Though only a minority of contractors do security work like guarding bases or acting as armed escorts, all face security risks. In one section, Coburn speaks to several Nepalis who survived a bomb blast at a contractors’ housing facility outside of Kabul. Although all of the victims received some compensation, it is unclear whether their employer provided them with the correct amount and reported the casualties as required by the Defense Base Act. Coburn explains that employers often send injured TCNs home quickly with a lump-sum payment large enough to quell discontent, but smaller than the insurance payouts they are legally entitled to. Although letting insurance cover the casualties would spare employers the cost — especially since the U.S. government pays the premiums — they often flout the law because they worry about bad press when reporting dead or injured workers, according to Coburn.
Whereas Simpson leaves readers with a sense that profit-driven, amoral corporations like KBR hold primary guilt for exploiting TCN contractors in war zones, Coburn outlines a more complex meta-narrative. Although working in Afghanistan does not substantially improve the life or career trajectories of most of his interviewees, he notes that some TCN contractors do benefit significantly from their work. In explaining problems with the industry, Coburn cites not only greedy companies and a lack of regulation by the U.S. government, but also corrupt bureaucracies in Nepal and Afghanistan, ineffective efforts to regulate manpower agencies in sending nations, and a lack of attention to aiding TCN contractors by international migration NGOs.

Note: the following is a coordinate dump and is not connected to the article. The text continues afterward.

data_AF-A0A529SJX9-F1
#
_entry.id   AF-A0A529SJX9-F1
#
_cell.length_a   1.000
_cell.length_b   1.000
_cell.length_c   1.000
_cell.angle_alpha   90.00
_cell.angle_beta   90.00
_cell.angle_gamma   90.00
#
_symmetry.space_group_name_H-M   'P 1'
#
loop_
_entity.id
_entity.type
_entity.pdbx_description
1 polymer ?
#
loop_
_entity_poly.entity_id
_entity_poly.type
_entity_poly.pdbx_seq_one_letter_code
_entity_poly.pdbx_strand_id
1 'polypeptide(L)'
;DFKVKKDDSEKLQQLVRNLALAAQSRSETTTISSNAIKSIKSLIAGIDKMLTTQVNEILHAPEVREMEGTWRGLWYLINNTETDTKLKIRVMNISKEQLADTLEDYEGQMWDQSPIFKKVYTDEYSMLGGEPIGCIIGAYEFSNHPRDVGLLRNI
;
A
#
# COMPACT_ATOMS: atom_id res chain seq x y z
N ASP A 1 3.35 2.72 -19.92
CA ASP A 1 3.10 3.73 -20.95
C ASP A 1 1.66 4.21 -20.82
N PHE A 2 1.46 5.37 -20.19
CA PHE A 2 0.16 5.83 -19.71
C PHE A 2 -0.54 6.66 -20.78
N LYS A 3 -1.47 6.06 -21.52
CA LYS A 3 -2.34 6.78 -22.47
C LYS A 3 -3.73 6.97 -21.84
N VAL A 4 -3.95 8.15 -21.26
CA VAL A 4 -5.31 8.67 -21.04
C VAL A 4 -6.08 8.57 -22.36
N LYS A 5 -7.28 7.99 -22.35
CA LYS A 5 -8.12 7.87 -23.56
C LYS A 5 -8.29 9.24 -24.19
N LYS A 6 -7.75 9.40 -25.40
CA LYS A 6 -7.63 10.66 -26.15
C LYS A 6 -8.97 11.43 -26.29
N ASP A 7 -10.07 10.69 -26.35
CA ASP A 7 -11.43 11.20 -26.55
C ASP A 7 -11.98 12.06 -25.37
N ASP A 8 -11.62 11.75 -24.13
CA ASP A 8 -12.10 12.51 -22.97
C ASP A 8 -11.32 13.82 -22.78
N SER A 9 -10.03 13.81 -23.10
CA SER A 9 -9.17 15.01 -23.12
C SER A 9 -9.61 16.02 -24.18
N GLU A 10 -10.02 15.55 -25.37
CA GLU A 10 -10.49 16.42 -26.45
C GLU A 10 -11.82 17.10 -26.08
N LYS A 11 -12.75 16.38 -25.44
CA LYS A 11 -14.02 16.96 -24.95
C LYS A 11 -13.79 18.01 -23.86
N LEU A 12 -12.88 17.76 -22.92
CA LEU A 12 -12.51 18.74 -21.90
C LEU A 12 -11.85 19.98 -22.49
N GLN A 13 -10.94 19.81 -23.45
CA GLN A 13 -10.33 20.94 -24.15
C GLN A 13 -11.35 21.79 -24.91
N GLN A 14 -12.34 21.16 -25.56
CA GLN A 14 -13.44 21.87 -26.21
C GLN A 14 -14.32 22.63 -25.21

As an anthropologist, Coburn sometimes seems reluctant to pass judgment. Upon meeting a Nepali who had been wrongfully imprisoned for years in Afghanistan, Coburn wonders why he is not more resentful: “Was he still in shock from the years of detention? Or was I simply too caught up in Western assumptions about justice and individual rights?” Ultimately, however, Coburn is clear about who benefits most from a contracting system that leaves many people prone to exploitation. “It seems difficult,” he writes, “to imagine that the U.S. government would have been able to bear the political costs at home of waging the longest war in American history in Afghanistan if the country had supplied its own labor to run the war.”